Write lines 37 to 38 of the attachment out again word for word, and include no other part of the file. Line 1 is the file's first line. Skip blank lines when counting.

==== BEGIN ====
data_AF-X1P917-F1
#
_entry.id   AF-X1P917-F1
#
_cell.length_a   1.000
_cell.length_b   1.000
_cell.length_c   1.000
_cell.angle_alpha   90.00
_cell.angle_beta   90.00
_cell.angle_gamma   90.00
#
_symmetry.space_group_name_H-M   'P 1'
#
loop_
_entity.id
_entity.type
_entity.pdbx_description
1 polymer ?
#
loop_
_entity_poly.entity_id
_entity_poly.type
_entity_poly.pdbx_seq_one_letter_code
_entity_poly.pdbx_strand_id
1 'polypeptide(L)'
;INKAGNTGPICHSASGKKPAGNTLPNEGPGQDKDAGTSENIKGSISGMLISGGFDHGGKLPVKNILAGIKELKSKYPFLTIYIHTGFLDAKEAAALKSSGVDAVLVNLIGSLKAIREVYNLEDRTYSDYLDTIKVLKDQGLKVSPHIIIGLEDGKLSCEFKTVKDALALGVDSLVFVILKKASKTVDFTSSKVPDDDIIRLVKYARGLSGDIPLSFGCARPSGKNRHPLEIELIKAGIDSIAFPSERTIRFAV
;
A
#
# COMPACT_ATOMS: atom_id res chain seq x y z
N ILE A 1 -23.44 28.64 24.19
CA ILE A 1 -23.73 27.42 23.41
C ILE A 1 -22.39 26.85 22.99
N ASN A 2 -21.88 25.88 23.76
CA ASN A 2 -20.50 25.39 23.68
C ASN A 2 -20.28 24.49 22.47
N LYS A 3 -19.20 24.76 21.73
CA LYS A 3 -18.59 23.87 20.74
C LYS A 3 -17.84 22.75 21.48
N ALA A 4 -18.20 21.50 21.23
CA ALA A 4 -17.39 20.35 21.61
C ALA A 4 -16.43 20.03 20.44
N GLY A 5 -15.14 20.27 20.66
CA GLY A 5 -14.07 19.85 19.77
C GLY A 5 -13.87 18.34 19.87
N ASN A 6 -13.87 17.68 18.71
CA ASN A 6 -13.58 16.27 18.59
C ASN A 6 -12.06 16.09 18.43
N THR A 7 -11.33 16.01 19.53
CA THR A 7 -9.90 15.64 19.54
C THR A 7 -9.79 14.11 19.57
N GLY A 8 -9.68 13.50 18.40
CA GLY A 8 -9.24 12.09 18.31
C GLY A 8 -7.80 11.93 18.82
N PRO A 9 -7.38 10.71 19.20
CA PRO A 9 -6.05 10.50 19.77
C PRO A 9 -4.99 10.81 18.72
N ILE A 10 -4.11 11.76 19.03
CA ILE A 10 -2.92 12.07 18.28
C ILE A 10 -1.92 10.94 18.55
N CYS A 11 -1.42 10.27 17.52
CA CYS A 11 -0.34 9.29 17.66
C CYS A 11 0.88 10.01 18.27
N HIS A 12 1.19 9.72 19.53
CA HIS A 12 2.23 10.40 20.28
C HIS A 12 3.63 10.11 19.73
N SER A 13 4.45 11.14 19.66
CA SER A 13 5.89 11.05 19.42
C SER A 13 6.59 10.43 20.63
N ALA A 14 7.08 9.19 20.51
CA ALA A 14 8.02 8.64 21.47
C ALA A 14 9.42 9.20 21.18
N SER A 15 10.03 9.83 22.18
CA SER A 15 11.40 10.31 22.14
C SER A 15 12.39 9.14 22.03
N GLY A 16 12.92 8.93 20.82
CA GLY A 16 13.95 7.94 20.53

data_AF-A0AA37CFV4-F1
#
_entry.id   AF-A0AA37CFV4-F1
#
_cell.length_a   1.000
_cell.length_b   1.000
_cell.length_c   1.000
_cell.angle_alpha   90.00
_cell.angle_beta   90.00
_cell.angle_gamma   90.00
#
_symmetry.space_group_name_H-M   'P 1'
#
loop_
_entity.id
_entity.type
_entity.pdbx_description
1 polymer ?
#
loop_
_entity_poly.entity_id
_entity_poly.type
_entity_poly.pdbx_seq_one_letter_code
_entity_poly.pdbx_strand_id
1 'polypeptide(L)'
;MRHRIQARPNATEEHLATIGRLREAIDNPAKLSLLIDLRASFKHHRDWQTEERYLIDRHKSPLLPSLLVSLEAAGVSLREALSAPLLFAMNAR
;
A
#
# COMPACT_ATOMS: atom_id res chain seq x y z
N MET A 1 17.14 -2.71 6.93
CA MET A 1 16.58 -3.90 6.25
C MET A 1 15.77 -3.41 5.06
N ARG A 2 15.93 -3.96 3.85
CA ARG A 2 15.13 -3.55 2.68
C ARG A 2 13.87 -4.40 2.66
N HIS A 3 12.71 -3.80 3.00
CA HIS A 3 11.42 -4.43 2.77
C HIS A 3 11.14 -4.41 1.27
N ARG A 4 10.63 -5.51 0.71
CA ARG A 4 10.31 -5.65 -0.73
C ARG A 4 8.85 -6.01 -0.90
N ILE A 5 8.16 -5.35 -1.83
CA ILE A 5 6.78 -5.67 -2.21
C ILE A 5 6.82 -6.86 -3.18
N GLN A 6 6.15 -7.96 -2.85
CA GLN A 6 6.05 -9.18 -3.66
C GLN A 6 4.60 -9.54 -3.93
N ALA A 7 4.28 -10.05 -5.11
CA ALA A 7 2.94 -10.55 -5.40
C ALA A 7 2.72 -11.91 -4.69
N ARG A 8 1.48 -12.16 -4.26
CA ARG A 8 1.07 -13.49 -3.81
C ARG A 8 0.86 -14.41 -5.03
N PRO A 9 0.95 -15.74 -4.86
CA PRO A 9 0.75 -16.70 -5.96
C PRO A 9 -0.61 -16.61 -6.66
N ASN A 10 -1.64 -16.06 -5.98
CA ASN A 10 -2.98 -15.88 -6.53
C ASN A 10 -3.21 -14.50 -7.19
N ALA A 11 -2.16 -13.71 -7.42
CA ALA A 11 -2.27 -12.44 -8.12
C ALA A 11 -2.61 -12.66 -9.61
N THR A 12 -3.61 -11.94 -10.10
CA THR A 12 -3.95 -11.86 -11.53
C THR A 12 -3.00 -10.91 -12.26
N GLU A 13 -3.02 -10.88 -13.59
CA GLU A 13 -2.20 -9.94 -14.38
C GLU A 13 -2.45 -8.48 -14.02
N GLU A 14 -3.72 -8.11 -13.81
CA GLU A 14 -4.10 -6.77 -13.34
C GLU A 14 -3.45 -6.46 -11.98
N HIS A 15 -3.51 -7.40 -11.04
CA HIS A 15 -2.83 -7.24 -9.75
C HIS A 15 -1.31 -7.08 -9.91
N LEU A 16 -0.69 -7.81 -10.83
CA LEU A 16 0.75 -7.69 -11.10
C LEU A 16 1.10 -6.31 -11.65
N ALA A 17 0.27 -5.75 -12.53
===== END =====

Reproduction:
N LYS A 3 -19.20 24.76 21.73
CA LYS A 3 -18.59 23.87 20.74